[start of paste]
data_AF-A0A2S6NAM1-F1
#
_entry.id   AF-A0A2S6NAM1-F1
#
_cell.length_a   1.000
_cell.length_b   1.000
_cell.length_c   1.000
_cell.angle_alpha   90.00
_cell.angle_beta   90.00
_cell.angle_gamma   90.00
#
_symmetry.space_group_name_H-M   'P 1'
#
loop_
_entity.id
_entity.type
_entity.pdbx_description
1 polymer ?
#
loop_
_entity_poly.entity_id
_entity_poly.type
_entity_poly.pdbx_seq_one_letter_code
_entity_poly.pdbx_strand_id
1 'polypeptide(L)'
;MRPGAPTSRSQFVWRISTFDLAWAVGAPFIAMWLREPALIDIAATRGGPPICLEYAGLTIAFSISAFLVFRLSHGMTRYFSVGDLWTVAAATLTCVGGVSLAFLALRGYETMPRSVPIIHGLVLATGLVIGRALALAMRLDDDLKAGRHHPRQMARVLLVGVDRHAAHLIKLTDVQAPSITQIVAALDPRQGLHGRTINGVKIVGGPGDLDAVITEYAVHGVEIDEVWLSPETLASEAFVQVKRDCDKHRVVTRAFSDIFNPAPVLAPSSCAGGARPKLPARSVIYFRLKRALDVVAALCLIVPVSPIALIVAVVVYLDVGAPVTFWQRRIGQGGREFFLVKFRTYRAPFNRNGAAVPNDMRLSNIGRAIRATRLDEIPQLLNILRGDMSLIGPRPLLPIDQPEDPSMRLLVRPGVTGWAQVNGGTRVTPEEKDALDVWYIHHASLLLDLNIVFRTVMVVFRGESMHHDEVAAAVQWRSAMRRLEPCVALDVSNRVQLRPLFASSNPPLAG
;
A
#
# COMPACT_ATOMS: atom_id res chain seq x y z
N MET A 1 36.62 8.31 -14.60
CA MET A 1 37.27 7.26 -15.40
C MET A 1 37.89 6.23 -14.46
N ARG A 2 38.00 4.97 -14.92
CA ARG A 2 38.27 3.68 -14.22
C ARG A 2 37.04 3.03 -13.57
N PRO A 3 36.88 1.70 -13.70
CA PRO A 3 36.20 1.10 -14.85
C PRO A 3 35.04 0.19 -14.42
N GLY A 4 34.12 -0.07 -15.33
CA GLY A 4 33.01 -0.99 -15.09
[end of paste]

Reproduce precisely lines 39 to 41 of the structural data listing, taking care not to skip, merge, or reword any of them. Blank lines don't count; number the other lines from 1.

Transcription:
C PRO A 3 35.04 0.19 -14.42
N GLY A 4 34.12 -0.07 -15.33
CA GLY A 4 33.01 -0.99 -15.09